Welcome Back To My Nightmare: Alice Cooper introduces Steve Hunter in Columbus.
It's a great time to be an Alice Cooper fan. Just last November, Alice wrapped up a 16-month world tour dubbed Theatre of Death, an over-the-top theatrical extravaganza propelled by his best band in years. In April, the original Alice Cooper Group was inducted into the Rock and Roll Hall of Fame, with a bombastic celebratory box set arriving in the summer. Next month will see the release of Welcome 2 My Nightmare, a conceptual sequel that reunites Alice with legendary producer Bob Ezrin and includes contributions from the ACG as well as veteran solo career collaborators. It would surely be permissible for the rock icon to take the summer off and relax.
But no. Not only has he been canvassing Europe and both North and South America since May, he is doing so under the banner of a new tour called No More Mr. Nice Guy. As the concert filler between Theatre of Death and the forthcoming Welcome 2 My Nightmare tour, it could easily have been a minimally produced affair in which Cooper & Co. make a few bucks off an assortment of greatest hits, and few would have complained. But Alice is firing on all cylinders right now, and his current show is no mere stopgap, as Wednesday's date at the LC Pavilion in Columbus, Ohio proved.
"We kept getting jostled from all the kids dancing with wild abandon."
This Monday will be the tenth anniversary of one of the most improbable and unusual adventures experienced by my parents, and I am the one to blame. By the time it was all over, our quirky story had been covered twice by the local newspaper. Mom and Dad became small-town celebrities for a brief time, recounting the incident for everyone from fellow church parishioners to Dad's doctor. They came across favorably as loving parents who gamely went along with a bit of outrageousness solely to indulge their youngest son. I was 32 at the time; they were 67.
The story began more than 20 years earlier, though none of us could have known that at the time. Who would have thought that a few nonchalantly expressed words from my father would have such a long-range impact? Who could have foreseen how the longevity and vicissitudes of an aging rock star's career would one day illuminate those forgotten words with the intensity of an enticing marquee? But that is what happened, and Dad saw to it that he was a man of his word, even if it meant fulfilling a casual promise decades later.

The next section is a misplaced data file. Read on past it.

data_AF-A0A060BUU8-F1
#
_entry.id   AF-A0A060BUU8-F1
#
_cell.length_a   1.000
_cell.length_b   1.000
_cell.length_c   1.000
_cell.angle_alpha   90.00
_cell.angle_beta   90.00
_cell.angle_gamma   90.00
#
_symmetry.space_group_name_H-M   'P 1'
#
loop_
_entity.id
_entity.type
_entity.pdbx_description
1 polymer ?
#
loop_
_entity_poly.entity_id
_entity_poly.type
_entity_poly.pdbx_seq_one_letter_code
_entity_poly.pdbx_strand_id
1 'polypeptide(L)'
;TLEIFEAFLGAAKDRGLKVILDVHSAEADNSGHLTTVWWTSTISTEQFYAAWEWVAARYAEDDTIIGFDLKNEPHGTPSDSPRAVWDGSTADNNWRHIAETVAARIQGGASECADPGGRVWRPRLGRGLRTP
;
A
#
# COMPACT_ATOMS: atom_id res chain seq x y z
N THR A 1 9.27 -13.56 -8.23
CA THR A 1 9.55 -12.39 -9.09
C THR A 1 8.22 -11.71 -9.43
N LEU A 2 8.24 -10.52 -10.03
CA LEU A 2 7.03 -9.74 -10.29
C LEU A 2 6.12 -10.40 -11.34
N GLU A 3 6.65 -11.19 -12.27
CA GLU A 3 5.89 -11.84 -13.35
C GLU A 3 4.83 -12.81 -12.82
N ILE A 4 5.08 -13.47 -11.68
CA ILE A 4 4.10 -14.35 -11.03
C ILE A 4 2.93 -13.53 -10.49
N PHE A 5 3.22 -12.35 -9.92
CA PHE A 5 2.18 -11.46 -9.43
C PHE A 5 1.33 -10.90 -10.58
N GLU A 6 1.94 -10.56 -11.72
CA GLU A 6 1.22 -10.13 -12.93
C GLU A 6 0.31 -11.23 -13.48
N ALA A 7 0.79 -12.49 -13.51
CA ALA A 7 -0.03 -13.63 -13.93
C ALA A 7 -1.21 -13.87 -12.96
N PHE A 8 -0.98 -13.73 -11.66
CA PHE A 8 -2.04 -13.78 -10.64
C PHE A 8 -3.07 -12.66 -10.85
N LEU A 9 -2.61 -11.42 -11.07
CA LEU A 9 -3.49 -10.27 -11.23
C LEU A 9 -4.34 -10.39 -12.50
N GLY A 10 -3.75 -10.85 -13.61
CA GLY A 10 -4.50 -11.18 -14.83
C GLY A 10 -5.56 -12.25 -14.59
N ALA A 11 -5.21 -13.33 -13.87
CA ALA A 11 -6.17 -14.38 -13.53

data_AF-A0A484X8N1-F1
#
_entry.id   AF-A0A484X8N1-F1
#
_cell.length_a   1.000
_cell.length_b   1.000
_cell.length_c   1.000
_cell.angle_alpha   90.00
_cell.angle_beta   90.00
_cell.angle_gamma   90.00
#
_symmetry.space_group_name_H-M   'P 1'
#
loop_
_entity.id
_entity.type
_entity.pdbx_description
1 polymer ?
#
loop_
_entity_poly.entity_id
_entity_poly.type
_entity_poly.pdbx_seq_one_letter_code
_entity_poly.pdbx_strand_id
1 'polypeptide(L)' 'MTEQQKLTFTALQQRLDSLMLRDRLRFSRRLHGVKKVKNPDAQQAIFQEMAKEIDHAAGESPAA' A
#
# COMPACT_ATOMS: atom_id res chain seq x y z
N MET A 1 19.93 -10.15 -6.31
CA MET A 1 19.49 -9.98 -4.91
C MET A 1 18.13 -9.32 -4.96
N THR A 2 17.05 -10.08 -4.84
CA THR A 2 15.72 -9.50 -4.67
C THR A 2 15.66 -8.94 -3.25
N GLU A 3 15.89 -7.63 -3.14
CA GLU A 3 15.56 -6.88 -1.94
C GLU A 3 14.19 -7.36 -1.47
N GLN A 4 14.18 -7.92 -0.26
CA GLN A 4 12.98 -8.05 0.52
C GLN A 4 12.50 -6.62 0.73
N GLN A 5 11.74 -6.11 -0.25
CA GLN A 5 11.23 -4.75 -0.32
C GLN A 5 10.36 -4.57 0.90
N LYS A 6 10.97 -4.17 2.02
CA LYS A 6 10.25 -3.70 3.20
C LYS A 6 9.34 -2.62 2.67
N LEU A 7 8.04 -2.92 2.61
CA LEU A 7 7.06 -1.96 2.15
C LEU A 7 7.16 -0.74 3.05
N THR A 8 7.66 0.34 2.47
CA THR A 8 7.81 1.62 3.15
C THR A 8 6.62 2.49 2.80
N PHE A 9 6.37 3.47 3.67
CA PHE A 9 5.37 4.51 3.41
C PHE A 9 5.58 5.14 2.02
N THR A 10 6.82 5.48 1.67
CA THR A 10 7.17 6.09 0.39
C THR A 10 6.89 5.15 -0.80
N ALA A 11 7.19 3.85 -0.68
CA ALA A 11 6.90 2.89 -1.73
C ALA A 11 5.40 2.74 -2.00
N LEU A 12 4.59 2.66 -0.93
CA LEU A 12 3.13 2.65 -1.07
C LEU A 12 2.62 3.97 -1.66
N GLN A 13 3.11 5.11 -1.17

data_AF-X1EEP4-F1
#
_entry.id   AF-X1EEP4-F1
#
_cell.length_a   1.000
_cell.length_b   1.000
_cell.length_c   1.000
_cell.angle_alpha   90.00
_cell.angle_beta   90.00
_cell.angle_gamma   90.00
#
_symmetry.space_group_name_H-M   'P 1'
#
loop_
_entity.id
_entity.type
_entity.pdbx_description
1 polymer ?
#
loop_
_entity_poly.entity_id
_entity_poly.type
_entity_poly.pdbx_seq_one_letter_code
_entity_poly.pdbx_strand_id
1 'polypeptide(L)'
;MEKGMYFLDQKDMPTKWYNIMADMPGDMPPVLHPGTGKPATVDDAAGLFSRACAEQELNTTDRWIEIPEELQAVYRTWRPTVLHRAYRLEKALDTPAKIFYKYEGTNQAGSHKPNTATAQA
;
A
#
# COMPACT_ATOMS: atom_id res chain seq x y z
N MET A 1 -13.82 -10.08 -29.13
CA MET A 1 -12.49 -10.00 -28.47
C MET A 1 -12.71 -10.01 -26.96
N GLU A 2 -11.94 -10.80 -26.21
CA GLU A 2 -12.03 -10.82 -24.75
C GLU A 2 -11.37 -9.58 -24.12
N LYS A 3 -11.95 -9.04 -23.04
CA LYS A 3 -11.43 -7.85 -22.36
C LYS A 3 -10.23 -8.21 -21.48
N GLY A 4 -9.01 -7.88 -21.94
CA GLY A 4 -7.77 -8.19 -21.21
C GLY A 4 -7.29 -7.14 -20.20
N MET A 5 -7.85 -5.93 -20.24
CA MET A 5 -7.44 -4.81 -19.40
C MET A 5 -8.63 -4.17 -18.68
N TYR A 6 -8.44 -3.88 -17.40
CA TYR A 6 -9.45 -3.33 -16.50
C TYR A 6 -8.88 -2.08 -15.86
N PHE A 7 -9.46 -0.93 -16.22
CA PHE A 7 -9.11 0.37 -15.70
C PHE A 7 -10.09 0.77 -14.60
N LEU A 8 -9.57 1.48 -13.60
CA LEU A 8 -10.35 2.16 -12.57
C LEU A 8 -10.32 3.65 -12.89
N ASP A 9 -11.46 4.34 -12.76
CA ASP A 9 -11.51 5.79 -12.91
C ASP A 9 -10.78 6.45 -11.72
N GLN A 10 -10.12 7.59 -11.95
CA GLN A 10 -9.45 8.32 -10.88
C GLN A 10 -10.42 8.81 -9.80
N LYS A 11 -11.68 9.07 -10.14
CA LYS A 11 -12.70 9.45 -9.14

Lowbrow meets lowbrow: Rocky emulators sprint up the visage of Salvador Dali.
Recently I came across a live webcam of a construction site in St. Petersburg, Florida. I was surprised to find not only active workers but fairly interesting activities going on, and I zoomed in to watch a pair of laborers installing triangular glass panes into a large, metallic lattice that bulged from a concrete edifice. The structure looked somewhat odd for a conventional building but rather conservative for its intended purpose: the next home of the Salvador Dali Museum. Given the famous surrealist's iconic imagery of melting watches and drooping appendages propped up by crutches, one might have expected a design that abandoned recognizable geometric forms altogether.
The new facility, slated to open in 2011, is only a few blocks from the current museum, but it will offer fifty percent more gallery space and more than twice the overall area. More importantly, it will provide robust shelter from violent storms for its collection in a way that the present building does not; so vulnerable is the existing museum to damage that its exhibits must be removed and stored during severe weather warnings. Constructing a more secure home for these treasures sounds sensible to me, because I would hate for the world to lose the original work of such an incredibly talented and imaginative artist. I have been captivated by Dali's art all of my life, and obviously many people feel the same way. Why, then, do I have the nagging sense that serious critics would dismiss his oeuvre as pandering to the lowest common denominator?
Perhaps because it does.